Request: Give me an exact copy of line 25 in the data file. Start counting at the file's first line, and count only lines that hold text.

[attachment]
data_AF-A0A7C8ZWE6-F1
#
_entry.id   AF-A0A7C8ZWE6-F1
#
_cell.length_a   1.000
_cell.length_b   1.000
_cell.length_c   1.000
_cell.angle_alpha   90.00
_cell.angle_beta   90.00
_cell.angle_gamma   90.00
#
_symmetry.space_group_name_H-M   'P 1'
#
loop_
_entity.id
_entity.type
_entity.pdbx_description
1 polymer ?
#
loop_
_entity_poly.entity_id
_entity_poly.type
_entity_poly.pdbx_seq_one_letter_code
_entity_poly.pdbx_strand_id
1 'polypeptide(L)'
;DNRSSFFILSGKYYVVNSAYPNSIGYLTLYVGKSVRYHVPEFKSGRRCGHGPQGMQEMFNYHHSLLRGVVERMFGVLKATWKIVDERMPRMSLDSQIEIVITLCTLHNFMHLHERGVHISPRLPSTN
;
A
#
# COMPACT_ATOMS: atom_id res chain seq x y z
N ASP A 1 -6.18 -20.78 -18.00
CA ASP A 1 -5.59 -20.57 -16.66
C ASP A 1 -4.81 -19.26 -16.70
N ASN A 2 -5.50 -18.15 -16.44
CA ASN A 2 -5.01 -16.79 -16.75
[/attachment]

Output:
1 'polypeptide(L)'